Classification models take an image as the input and try to determine what is in it, but not where within the image it is. Results are returned as a list of guesses sorted by decreasing confidence. For example, given a picture of a Siberian husky, the model might predict with high confidence that it is a husky and with lower confidence that it could be an Alaskan malamute or other type of dog.

Example: With a classification model, you could see what is in the dog.jpg image like this:

import xnornet
model = xnornet.Model.load_built_in()
dog_jpeg = open('./samples/test-images/dog.jpg', 'rb').read()
input = xnornet.Input.jpeg_image(dog_jpeg)
result = model.evaluate(input)
print(result)

You’ll get a list of ClassLabels back. It can be processed like any other list, e.g., to print out just the label strings of the class label while ignoring the other properties, you might use:

print([element.label for element in result])

Example: Say you had a folder of images transferred from a phone that you wanted to sort them into other folders (like “cat”, “dog”, “person”) based on the main object in the image. With XnorNet, that’s easy:

import os
import xnornet

model = xnornet.Model.load_built_in()
source_directory = "from_phone"

for filename in os.listdir(source_directory):
    source_path = os.path.join(source_directory, filename)
    if not os.path.isfile(source_path):
        print("Skipping", source_path, "because it is not a file")
        continue
    _, extension = os.path.splitext(filename)
    if extension.upper() not in [".JPG", ".JPEG"]:
        print("Skipping", source_path, "because it's not a JPEG")
        continue

    jpeg_data = open(source_path, 'rb').read()
    input = xnornet.Input.jpeg_image(jpeg_data)
    results = model.evaluate(input)
    if len(results) == 0:
        print("Skipping", source_path, "because no objects were found in it")
        continue
    category = results[0].label

    print("Moving", source_path, "to the", category, "folder")
    os.makedirs(category, exist_ok=True)
    os.rename(source_path, os.path.join(category, filename))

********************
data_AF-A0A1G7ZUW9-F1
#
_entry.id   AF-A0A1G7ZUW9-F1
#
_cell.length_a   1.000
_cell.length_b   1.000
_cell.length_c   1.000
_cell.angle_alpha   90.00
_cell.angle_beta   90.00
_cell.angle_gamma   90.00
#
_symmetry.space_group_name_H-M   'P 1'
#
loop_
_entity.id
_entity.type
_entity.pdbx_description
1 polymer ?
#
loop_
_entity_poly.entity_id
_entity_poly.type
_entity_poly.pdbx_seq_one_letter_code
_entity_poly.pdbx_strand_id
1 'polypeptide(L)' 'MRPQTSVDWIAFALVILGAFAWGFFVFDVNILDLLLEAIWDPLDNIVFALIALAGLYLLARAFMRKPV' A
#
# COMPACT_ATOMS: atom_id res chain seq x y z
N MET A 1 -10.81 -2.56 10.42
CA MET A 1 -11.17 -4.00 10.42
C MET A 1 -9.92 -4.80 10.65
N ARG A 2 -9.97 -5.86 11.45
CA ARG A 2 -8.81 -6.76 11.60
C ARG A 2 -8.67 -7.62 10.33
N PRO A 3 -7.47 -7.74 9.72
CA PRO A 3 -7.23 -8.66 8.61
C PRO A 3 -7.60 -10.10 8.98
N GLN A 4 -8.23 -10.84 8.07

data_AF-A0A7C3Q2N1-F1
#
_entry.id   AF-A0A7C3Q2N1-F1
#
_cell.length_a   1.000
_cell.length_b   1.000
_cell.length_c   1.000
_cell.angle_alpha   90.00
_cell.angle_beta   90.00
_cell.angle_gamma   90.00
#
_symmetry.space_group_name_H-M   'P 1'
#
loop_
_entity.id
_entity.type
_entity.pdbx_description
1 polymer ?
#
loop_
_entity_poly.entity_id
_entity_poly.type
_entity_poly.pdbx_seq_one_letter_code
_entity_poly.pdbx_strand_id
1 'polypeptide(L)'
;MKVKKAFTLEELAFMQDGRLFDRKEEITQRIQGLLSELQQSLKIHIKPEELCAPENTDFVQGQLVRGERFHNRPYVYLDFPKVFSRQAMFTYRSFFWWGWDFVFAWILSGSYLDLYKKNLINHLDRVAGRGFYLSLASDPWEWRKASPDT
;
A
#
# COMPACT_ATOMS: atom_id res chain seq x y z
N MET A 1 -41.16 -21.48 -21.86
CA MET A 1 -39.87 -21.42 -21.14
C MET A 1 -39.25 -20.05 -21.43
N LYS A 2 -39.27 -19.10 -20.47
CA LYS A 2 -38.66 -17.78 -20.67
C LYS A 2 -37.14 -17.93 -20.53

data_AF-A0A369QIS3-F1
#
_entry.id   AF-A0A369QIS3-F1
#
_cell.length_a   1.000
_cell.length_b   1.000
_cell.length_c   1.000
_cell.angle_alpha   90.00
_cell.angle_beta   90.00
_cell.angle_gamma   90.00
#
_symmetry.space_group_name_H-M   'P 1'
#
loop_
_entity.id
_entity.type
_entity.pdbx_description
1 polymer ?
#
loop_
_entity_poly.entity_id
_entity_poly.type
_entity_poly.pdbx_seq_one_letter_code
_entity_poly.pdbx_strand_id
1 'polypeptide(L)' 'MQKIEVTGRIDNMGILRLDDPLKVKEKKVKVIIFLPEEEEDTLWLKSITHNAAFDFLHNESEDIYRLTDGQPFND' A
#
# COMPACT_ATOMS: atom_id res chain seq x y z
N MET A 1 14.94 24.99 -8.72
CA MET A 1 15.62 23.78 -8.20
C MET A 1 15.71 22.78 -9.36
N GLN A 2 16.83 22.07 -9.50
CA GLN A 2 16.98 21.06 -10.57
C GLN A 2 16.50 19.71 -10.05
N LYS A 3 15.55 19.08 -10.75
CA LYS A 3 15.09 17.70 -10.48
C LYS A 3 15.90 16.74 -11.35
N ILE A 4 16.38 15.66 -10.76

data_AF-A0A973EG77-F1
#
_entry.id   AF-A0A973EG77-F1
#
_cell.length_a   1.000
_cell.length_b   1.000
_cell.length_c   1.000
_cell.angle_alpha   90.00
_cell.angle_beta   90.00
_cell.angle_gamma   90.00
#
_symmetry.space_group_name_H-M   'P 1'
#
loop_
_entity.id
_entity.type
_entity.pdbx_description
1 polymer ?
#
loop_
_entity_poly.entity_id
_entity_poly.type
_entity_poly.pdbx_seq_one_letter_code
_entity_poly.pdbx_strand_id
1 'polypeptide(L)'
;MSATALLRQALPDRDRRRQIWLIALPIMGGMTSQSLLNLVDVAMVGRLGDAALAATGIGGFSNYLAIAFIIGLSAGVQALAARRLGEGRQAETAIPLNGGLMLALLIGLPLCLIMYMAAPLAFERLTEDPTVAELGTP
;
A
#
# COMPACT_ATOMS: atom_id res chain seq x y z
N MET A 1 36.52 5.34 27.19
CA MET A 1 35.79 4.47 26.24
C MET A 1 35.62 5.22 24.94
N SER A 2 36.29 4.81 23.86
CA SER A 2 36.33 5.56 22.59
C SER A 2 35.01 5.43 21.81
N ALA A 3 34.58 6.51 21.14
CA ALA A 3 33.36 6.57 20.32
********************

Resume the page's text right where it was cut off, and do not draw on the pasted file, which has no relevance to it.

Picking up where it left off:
To run this, make sure you’re running XnorNet with a classification model (it can also be used with an object-detection model, if you adjust results[0].label to results[0].class_label.label), then put all your pictures in from_phone, and run it. You’ll find all your photos conveniently sorted into other folders, like cat and dog.

class xnornet.ClassLabel(class_id, label)

Represents a single prediction about the type of object in the image.

class_id
An integer representing the class of this object. Values may be arbitrary; however, for a given

model, this will always remain consistent with the label text.

label

String representing the type of object detected in the image, for example “vehicle”.

Object Detection

Unlike classification models, object detection models can find multiple objects at once and identify their locations within the input image.

Example: Here’s how you might write some code that looks at an image and determines the size and aspect ratio of each object in the image:

import xnornet
model = xnornet.Model.load_built_in()

def describe_area(area):
    if area > 0.8 * 0.8:
        return "very big"
    elif area > 0.5 * 0.5:
        return "big"
    elif area > 0.3 * 0.3:
        return "medium-sized"
    elif area > 0.15 * 0.15:
        return "small"
    else:
        return "tiny"

def describe_aspect_ratio(aspect_ratio):
    if aspect_ratio > 2:
        return "very flat"
    elif aspect_ratio > 1.2:
        return "slightly wider than tall"
    elif aspect_ratio > 1 / 1.2:
        return "squareish"
    elif aspect_ratio > 0.5:
        return "slightly taller than wide"
    else:
        return "very tall"

# Try it yourself on other images!
dog_jpeg = open('./samples/test-images/dog.jpg', 'rb').read()
input = xnornet.Input.jpeg_image(dog_jpeg)
boxes = model.evaluate(input)

for box in boxes:
    area = box.rectangle.width * box.rectangle.height
    aspect_ratio = box.rectangle.width / box.rectangle.height
    print("This {object} that I see is {size} and {aspect_ratio}"
        .format(object=box.class_label.label,
                size=describe_area(area),
                aspect_ratio=describe_aspect_ratio(aspect_ratio)))
class xnornet.BoundingBox(class_label, rectangle)

Represents a single object detected within an image, localized to a particular area of the image.

class_label

Type of object identified within the image; see ClassLabel for detail.

rectangle

Where within the image the object was located; see Rectangle for detail.

class xnornet.Rectangle(x, y, width, height)

Rectangles identify a portion of an image with floating-point coordinates. Regardless of the size of the input image, the left side is considered to have X coordinate 0 and the right side X coordinate 1. Similarly, the top has a Y coordinate of 0 and the bottom has a Y coordinate of 1.